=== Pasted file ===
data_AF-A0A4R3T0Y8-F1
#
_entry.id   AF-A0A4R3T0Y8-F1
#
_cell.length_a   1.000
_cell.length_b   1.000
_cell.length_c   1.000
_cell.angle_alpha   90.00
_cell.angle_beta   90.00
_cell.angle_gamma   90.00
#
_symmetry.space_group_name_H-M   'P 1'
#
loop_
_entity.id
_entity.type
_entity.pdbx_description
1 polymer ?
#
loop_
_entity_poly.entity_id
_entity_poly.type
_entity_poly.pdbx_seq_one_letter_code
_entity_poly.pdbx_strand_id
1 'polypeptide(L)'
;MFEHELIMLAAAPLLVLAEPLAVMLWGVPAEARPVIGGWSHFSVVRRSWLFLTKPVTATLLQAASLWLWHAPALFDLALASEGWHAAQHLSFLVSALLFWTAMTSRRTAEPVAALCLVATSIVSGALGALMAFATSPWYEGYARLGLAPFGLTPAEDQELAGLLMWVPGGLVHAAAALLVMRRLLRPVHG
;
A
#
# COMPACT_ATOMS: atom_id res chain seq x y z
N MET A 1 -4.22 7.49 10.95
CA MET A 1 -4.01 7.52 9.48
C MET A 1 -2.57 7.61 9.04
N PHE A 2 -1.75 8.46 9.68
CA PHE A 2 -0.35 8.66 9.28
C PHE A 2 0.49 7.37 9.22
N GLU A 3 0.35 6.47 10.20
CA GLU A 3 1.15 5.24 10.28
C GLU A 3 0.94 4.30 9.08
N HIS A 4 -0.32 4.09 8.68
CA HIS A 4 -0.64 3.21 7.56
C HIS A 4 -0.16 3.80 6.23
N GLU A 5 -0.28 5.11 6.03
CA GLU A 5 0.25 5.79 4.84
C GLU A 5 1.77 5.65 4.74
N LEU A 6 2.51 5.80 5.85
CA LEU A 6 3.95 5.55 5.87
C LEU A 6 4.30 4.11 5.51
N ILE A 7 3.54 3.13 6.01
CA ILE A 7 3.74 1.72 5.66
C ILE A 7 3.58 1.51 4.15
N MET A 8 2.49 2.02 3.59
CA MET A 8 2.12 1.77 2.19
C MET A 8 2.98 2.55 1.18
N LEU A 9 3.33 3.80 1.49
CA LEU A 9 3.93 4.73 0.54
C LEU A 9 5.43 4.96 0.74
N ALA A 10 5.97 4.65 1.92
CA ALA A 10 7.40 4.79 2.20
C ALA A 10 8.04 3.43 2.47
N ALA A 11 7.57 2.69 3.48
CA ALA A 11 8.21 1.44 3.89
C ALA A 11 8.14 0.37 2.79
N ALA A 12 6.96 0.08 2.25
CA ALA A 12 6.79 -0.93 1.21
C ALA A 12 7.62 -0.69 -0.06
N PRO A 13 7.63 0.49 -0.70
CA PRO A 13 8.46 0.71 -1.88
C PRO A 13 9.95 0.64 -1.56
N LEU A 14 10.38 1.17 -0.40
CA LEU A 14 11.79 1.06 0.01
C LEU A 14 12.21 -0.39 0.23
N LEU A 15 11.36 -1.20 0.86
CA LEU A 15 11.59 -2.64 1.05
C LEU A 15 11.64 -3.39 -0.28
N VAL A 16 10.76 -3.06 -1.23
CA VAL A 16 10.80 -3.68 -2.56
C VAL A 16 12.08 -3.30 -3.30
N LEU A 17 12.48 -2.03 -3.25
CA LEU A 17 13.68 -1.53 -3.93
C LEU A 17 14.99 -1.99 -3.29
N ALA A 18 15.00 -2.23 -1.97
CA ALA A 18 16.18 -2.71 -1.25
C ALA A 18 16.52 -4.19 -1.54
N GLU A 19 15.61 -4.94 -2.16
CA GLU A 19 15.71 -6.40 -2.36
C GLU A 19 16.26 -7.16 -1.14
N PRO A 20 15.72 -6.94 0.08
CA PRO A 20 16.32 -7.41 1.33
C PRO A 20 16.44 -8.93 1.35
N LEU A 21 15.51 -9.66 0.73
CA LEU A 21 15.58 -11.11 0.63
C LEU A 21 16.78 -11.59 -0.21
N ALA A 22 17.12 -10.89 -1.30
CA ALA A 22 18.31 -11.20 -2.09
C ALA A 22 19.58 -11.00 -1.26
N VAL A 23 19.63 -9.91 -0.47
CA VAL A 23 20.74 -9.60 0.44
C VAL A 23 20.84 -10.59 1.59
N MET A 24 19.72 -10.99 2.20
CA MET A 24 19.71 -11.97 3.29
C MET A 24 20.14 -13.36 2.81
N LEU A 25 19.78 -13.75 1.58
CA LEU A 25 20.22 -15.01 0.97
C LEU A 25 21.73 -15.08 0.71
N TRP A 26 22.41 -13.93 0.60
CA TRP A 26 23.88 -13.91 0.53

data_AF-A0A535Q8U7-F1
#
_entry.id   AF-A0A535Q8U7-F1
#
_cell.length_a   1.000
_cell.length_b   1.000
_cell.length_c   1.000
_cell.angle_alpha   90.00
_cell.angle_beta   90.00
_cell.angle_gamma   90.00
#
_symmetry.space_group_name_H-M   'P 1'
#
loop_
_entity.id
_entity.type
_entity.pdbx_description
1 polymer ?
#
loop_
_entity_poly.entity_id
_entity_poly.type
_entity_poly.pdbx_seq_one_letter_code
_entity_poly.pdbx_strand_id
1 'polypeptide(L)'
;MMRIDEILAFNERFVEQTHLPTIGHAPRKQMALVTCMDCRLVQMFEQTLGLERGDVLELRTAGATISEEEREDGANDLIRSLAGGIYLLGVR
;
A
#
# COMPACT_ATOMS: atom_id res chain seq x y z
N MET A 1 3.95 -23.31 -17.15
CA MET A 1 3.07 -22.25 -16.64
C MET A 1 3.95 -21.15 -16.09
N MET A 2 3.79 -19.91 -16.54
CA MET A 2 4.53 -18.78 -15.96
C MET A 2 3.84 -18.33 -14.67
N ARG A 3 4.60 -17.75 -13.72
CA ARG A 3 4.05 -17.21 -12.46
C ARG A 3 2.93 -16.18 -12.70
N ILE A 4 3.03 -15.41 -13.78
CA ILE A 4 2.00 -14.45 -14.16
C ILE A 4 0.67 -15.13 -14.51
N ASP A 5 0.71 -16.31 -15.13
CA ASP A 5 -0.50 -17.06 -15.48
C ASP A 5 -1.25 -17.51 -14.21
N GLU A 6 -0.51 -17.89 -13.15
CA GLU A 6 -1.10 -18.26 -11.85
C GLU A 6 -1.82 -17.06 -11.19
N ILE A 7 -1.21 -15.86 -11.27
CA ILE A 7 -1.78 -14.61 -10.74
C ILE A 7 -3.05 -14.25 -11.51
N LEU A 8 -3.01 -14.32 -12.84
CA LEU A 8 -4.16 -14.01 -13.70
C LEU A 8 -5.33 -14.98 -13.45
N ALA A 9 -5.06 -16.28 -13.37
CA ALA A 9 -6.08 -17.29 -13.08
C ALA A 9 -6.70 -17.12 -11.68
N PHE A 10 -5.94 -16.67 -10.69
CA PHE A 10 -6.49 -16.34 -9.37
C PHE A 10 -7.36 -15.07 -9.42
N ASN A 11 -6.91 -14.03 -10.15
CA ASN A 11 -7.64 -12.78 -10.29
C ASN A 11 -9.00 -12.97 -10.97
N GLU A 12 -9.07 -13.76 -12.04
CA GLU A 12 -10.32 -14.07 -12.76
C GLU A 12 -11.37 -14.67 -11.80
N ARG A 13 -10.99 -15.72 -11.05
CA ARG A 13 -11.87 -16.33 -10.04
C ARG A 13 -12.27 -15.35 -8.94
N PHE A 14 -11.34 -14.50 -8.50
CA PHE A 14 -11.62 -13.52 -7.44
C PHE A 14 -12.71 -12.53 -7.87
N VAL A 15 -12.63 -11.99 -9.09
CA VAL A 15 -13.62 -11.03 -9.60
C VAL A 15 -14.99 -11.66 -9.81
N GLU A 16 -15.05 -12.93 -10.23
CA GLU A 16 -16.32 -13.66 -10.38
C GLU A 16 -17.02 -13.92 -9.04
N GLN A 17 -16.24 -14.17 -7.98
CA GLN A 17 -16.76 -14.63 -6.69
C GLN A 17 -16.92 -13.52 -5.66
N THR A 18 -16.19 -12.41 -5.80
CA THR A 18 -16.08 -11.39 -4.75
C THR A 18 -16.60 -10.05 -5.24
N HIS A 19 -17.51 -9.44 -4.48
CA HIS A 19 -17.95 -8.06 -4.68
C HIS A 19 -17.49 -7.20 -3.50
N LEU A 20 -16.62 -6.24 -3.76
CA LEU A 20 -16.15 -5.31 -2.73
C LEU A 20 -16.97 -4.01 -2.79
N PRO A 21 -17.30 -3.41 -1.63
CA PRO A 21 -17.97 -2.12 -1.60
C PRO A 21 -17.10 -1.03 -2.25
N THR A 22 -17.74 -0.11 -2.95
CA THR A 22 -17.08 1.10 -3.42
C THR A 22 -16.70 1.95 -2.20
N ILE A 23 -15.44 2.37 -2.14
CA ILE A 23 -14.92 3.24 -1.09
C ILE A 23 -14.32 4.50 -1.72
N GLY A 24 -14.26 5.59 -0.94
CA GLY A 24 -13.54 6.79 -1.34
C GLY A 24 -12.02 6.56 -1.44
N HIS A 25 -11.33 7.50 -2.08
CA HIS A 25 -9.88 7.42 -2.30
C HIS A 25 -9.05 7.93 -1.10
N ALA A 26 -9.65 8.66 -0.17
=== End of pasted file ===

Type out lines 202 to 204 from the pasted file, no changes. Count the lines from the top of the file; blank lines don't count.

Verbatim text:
CA THR A 22 -17.08 1.10 -3.42
C THR A 22 -16.70 1.95 -2.20
N ILE A 23 -15.44 2.37 -2.14